Nine students from Loudoun County schools won awards for their science projects and nature journals. Three high school students won for their science projects and six students in grades K-12 won for their nature journals.
Each year Loudoun Wildlife Conservancy (LWC) awards three cash prizes at the Loudoun County Regional Science and Engineering Fair to students whose science projects reflect the organization’s goals. On March 17, a team of seven LWC members participated in judging the 30th Annual fair at Woodgrove High School in Purcellville. This event involved 220 high school students from Loudoun County’s twelve high schools and the Loudoun County Public Schools Academy of Science.
This year’s 1st Place Special Award of $350 went to Molly Booth of Briar Woods High School for her project titled “Observing the Effect of Human Disturbance on Low Trophic Level Biodiversity.” The purpose of her research was to observe the effect of human disturbance on plant and arthropod biodiversity in order to study human impact on managed ecosystems at Blandy Experimental Farm.
Ashley Lohr, a senior from Loudoun Valley High School, won our 2nd Place Award of $250. If Ashley’s name seems familiar, you may remember that she was awarded a cash prize from LWC at the 2009 Science Fair for her work with butterflies and color preference. This year, Ashley enhanced her previous research by investigating the hypothesis that “the flowers most frequently visited by butterflies, especially the red and pink shades, will contain the highest levels of disaccharides.” Ashley graduates this year and will be attending Virginia Tech in the fall.
Third Place Award and a cash prize of $150 went to sophomore Sean O’Neil from Loudoun County High School for his project “The Effect of Organic Substances on Stink Bugs.” Sean’s intention was to find a way to control this introduced insect pest by identifying repellents and attractions that exhibited a high success rate.
Now in its 11th year, the Peterson Young Naturalist Award program was started at Waterford Elementary School in 2000 and was opened up to all Loudoun County public schools three years later. It recognizes students who create the best journal in natural science field investigation, and it encourages first hand observation skills practiced by naturalists worldwide as exemplified by the life and work of Roger Tory Peterson (1908-1996). Peterson was a world-renowned ornithologist, naturalist, artist, teacher and author who played a pivotal role in popularizing the study of natural history.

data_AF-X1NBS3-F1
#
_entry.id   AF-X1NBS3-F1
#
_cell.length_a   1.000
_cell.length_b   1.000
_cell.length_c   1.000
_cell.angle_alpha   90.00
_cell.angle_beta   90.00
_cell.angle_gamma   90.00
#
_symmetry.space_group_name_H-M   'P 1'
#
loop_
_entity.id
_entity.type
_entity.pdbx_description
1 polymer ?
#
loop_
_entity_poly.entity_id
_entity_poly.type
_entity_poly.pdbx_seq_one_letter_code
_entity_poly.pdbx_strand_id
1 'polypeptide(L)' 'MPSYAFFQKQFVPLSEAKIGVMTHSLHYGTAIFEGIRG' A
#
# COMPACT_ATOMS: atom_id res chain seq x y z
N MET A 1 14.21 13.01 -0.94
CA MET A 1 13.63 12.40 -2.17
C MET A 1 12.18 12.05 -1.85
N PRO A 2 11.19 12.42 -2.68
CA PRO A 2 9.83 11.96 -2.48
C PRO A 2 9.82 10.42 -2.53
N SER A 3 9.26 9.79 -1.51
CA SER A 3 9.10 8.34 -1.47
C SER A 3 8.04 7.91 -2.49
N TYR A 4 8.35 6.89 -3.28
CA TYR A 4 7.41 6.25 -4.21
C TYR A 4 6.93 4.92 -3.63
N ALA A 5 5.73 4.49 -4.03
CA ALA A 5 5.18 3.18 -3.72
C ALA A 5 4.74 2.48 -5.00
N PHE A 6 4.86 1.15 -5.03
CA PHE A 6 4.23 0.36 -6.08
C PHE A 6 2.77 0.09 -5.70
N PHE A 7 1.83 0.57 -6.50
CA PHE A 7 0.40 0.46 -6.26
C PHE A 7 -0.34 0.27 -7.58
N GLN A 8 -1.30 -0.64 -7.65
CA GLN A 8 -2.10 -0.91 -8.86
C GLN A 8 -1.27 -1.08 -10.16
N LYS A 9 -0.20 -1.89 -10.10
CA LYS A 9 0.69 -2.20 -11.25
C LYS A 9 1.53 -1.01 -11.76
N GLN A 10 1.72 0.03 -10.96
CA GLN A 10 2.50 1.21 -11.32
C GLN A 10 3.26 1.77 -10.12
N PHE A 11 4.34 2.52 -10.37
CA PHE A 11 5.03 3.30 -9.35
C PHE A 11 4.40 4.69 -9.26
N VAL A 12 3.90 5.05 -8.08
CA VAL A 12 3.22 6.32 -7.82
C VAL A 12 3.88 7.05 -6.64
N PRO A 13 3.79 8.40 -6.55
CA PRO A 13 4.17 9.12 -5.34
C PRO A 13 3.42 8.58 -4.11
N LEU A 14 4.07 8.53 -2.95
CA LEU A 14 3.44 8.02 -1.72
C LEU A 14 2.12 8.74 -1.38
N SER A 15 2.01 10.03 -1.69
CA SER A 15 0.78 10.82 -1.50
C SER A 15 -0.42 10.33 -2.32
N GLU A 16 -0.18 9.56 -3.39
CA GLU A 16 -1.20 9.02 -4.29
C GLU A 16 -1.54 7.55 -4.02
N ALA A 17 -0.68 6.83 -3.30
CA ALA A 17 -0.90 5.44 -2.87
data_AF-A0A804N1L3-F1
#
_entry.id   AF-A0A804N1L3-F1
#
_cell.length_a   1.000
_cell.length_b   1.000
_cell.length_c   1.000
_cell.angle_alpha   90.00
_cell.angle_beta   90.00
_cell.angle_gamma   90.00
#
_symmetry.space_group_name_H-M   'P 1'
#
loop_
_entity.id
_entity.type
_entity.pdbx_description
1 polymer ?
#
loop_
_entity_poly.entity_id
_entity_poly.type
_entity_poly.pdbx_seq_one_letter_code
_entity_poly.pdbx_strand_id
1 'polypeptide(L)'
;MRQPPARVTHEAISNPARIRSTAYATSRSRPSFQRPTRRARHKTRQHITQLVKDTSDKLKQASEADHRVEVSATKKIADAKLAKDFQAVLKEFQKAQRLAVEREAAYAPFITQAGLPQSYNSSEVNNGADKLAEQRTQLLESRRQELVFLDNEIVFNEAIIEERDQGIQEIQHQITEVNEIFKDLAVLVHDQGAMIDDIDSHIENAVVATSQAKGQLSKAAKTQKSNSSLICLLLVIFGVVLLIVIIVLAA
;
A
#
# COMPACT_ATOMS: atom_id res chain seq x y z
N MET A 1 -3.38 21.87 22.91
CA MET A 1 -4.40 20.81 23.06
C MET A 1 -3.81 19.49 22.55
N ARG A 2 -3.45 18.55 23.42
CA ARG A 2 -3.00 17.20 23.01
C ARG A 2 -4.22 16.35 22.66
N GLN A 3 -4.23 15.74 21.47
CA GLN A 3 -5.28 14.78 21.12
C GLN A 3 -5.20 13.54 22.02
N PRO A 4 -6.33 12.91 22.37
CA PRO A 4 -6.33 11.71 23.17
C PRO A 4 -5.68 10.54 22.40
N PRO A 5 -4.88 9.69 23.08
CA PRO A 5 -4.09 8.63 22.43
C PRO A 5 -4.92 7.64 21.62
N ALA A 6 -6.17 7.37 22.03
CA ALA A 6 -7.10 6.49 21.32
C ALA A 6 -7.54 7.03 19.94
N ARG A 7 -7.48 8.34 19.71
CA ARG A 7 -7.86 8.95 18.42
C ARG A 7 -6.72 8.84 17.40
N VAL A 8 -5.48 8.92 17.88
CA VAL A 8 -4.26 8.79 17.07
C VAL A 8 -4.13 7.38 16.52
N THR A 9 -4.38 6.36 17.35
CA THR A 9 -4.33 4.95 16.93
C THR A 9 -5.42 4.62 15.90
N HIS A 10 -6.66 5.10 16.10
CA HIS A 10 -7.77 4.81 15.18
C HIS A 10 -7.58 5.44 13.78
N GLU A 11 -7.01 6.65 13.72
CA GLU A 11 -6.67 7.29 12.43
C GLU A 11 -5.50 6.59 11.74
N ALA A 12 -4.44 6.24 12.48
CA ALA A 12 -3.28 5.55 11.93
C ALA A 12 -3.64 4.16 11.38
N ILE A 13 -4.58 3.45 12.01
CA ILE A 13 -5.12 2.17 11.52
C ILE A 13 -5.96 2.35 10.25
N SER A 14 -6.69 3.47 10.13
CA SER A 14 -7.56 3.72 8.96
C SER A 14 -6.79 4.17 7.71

Each award consists of cash, a certificate, and a field guide written and illustrated by Roger Tory Peterson. One student is awarded per school. The judges are representatives of Loudoun County Public Schools, the Loudoun Wildlife Conservancy, Rust Nature Sanctuary, and the Smithsonian Naturalist Center. The award program is administered by a partnership between Miriam Westervelt, stepdaughter of Virginia and Roger Tory Peterson, the Loudoun Wildlife Conservancy, and the Rust Nature Sanctuary.
This year’s winners are:
• Amelia Chen, Kindergartner. Mrs. Birmingham’s English Language Learners class at Ashburn Elementary School.
• Caroline Catterton, 3rd grader from Waterford Elementary School.
• Jessica Todas, 3rd grader in Mrs. Weitz’s English Language Learners class at Countryside Elementary School.
• Hannah Chapples, Mrs. Francis’s Environmental Exploration class at Loudoun County High School.
• Morgan Allis, Mrs. Westervelt’s Environmental Explorations class, Tuscarora High School.
• Hannah Desherow, Environmental Science student of Liam McGranaghan, Loudoun Valley High School.
The awards for all winners were presented at the Annual Meeting of the Loudoun Wildlife Conservancy on June 5.